• With: Andrew Young

    This is a rush transcript from "Your World," September 26, 2013. This copy may not be in its final form and may be updated.

    NEIL CAVUTO, HOST: All right, you're looking live outside the United Nations, where inside, Secretary of State John Kerry, leaders from five other countries are having a powwow with Iran's foreign minister over the country's nuclear program.

    This type of high-level back-and-forth is very unusual. We haven't seen anything like this approaching the magnitude of this level since 1979, the revolution in Iran. That's when Jimmy Carter of course was in office, and a time Andrew Young remembers all too well. Our former U.N. ambassador, always good to have you, Ambassador.

    What do you make of this?

    ANDREW YOUNG, FORMER UNITED STATES AMBASSADOR TO THE UNITED NATIONS:  Good to be with you.

    CAVUTO: I do want to get into your history here, but -- but this meeting.

    YOUNG: No, this meeting, I think, is very good.

    In fact, it's most important for us to talk to our enemies. And I have always advocated that. And it's always worked for us. You don't really understand what people are really after unless you give them a chance to say to you what it is they're concerned about.

    I have always felt that we have neglected Iran. We have got a lot of very smart, creative American-Iranian citizens. And I have said to them, one of the reasons why we were successful in Southern Africa is, we knew the black leaders that could be trusted. And so we were able to carve out a little influence in foreign policy that made it possible for us to get by without wars in Southern Africa.

    I think the American-Iranian community ought to have the same kind of interaction with the Iranians in Iran. Iran is a complicated place. And we have never quite understood it well, but we're going to have to live with them.

    I read a little book called "The Revenge of Geography," and their -- their suggestion was that, given the location of Iran strategically, it's going to always be a very influential player in that region. And we're going to have to find a way to...

    (CROSSTALK)

    CAVUTO: Well, but we have to be -- but we have to be consistent, right, sir? And the rap against...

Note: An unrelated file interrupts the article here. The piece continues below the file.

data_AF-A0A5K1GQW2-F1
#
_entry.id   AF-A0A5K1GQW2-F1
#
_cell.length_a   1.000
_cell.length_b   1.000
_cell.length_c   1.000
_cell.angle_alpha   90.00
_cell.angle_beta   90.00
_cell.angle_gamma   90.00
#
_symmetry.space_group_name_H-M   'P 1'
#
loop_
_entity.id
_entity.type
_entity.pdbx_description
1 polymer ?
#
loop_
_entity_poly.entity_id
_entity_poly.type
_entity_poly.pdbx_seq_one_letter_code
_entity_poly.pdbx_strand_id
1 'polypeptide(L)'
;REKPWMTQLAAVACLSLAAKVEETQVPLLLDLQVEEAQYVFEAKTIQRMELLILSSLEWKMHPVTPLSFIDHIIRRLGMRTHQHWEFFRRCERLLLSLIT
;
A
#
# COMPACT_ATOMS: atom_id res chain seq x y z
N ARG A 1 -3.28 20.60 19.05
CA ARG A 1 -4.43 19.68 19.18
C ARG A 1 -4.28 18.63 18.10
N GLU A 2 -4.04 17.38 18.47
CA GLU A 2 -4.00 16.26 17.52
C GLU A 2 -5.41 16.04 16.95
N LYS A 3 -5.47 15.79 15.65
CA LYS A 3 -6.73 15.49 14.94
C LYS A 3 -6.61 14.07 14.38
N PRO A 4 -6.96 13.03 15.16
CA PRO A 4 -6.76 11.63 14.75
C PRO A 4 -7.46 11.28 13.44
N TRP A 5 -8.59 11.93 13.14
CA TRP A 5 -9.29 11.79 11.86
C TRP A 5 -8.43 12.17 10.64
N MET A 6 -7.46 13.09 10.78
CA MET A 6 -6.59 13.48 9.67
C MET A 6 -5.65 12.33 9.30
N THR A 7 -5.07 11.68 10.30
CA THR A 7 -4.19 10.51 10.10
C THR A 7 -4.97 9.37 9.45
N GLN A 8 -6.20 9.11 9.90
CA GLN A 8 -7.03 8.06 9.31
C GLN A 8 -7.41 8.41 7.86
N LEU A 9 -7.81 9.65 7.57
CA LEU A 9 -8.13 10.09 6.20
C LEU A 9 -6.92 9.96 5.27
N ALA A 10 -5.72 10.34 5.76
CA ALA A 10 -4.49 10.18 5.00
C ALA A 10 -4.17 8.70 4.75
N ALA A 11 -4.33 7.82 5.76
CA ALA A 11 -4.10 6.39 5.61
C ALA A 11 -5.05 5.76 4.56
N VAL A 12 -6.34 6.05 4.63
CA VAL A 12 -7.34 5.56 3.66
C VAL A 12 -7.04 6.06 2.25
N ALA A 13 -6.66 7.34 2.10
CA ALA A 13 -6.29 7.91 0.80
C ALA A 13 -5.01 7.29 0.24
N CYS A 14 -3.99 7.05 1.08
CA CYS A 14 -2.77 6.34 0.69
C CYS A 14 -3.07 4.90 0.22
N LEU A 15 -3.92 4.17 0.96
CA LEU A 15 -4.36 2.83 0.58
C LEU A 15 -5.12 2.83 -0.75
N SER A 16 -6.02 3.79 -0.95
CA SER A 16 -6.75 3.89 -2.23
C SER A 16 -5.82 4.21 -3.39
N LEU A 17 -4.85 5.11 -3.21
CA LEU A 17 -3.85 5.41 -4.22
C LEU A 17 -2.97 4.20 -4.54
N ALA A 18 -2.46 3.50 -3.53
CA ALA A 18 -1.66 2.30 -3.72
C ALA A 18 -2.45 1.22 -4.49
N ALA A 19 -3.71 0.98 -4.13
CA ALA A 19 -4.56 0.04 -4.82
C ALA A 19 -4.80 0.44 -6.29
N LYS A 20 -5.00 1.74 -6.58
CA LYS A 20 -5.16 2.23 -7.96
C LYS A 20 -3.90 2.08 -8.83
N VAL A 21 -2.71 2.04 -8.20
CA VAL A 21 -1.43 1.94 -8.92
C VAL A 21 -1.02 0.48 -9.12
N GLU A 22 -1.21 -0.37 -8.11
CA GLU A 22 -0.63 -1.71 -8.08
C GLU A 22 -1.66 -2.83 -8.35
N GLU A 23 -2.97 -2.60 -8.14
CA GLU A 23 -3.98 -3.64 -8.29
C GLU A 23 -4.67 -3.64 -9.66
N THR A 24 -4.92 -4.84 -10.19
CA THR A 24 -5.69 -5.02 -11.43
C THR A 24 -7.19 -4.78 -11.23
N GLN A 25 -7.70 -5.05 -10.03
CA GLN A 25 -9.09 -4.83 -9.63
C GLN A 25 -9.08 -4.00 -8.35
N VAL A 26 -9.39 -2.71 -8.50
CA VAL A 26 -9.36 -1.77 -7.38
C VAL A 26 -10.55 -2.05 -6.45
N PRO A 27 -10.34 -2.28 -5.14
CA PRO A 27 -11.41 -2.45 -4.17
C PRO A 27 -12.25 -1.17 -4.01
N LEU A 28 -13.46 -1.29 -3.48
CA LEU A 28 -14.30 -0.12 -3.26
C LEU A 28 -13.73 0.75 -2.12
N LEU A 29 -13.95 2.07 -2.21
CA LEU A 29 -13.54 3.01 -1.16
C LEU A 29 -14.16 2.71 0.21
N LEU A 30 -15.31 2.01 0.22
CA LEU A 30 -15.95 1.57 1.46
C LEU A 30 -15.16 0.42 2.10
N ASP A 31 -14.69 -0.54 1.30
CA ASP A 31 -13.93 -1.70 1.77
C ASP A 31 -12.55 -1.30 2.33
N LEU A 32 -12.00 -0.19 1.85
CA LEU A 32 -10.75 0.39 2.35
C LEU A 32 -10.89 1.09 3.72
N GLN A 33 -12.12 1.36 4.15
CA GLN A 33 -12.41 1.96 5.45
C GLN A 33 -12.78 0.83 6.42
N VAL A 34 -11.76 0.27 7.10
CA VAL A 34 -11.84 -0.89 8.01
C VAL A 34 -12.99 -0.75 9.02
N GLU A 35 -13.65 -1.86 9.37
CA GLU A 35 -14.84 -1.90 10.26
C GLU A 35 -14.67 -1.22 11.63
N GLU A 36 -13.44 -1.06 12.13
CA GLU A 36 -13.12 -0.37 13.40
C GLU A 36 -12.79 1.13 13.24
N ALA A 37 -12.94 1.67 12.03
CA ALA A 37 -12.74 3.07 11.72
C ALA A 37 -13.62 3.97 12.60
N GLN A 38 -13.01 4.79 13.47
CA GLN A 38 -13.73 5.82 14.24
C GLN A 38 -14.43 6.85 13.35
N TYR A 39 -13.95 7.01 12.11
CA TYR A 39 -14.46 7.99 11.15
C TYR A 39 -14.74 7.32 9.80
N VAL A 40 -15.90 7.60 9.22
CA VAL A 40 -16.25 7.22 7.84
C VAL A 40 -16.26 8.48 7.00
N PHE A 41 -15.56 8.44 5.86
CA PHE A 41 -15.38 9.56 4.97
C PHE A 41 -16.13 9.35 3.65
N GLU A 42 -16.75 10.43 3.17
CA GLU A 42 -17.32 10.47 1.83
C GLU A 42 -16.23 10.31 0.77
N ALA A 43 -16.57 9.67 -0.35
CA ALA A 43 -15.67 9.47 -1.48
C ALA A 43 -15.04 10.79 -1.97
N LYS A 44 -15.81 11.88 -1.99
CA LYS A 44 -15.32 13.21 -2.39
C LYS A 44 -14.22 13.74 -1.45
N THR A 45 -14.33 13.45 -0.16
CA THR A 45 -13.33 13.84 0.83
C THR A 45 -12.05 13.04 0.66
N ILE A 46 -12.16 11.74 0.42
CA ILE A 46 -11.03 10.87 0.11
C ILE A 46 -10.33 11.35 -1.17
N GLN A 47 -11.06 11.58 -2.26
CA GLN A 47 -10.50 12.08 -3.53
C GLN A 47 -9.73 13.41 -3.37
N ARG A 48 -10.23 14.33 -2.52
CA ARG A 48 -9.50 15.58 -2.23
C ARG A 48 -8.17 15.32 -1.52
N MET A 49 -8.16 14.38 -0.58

YOUNG: No, we don't have to be...

    CAVUTO: Well, but the rap against the Carter administration, I'm sure you're aware, was that it sort of turned its back on the shah, and then all of a sudden embraced the ayatollah.

    YOUNG: No. We...

    CAVUTO: Now, I'm not saying that -- I'm just saying, who do we trust now?

    (LAUGHTER)

    CAVUTO: Can we trust these guys?

    YOUNG: No, you -- no. I don't know. You can't trust anybody.

    That's the reason you talk to them. And one of the first meetings I went to in the Carter White House was to say to the National Security Council, we need to engage the middle class in Iran, because the shah is not as stable as we think he is.

    The CIA was looking at the Communist Party, which was nothing in Iran. There was always a ferment in the middle class because they were locked out of decision-making. Now, the only reason I knew that was that I'm a preacher, and most of my friends ended up as missionaries, so that I would get better intelligence from missionaries who were living and teaching in a place than they could pay for or get through intercepts. And so...

    (CROSSTALK)

    CAVUTO: Well, as a missionary, then, as a trained missionary, do -- do you trust this new government? Do you trust this new president when -- you know, when he expresses regret about the Holocaust and all?

    YOUNG: No, you don't trust him.

    CAVUTO: Because, as you know, Bibi Netanyahu...

    YOUNG: No, no. You do...

    CAVUTO: Hear me out, sir.

    (LAUGHTER)

    CAVUTO: Bibi Netanyahu has said, this is a trap. These guys are setting a trap. What do you say?

    YOUNG: No.

    I say, look, we're wise -- our eyes are wide open. We can only learn more by engaging them. I think any sensible foreign policy learns as much about its enemies and adversaries as possible.

    CAVUTO: So, when I hear the words, conciliatory words or more moderate language out of -- out of this -- this -- this new president, what -- what makes me not think that is just to drop sanctions, say and do anything they can to get the sanctions removed, and then resort, as we saw in North Korea and in other cases with despots, back to their -- their bad behavior?

    YOUNG: Well, no, we have -- we have never -- no, we have never really talked to North Korea.

    Billy Graham talked to North Korea. Jimmy Carter talked to North Korea, but we have never had a -- every place we have trouble, we have trouble because we don't talk to people. If we talked to Iran, we will be better off than if we ignore them. And I just think -- and I'm not saying you trust them.

    CAVUTO: Right.

    YOUNG: But I'm saying that you keep your friends close and your enemies closer.

    CAVUTO: So, there are other Republicans, I'm sure you're aware, Ambassador, saying, well, before this president, our president meets with their president, there should already be some preconditions for that chat, or some -- you know, you don't go into that looking like you're a weakling.

    What do you say to that?